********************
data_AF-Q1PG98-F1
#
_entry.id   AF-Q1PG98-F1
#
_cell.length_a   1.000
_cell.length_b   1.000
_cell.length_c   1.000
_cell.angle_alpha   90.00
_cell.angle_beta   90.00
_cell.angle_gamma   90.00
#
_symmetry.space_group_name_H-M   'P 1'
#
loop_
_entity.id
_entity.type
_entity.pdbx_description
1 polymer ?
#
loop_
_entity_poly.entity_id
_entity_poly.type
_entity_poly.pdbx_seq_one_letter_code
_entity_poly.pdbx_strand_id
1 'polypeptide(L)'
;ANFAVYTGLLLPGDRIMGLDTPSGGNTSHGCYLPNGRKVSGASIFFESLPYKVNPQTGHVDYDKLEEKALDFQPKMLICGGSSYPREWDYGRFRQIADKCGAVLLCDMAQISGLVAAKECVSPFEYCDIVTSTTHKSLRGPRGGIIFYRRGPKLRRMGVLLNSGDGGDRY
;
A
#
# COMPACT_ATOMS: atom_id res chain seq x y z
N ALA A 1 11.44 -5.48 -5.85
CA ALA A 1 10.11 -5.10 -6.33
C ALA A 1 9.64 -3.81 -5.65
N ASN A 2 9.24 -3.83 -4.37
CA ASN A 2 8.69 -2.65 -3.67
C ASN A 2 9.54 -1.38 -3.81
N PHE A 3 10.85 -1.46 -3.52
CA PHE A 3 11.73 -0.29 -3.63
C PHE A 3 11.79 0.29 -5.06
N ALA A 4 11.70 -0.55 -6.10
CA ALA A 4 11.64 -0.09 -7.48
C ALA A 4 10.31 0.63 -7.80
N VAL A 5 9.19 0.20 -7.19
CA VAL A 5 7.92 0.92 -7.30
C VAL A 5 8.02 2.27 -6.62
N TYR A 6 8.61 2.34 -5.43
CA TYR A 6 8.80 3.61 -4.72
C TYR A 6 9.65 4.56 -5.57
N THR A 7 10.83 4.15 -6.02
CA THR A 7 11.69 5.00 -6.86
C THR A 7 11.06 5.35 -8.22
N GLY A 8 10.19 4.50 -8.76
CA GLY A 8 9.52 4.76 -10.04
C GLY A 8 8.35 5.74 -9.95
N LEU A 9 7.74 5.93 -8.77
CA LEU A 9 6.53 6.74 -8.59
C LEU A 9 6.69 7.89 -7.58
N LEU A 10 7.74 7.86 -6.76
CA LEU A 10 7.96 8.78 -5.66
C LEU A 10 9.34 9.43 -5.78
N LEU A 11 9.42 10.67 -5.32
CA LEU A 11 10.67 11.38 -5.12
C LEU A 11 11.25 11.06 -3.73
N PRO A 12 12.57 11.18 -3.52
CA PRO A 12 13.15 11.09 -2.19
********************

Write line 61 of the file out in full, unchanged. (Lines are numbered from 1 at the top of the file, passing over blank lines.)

N LEU A 11 9.42 10.67 -5.32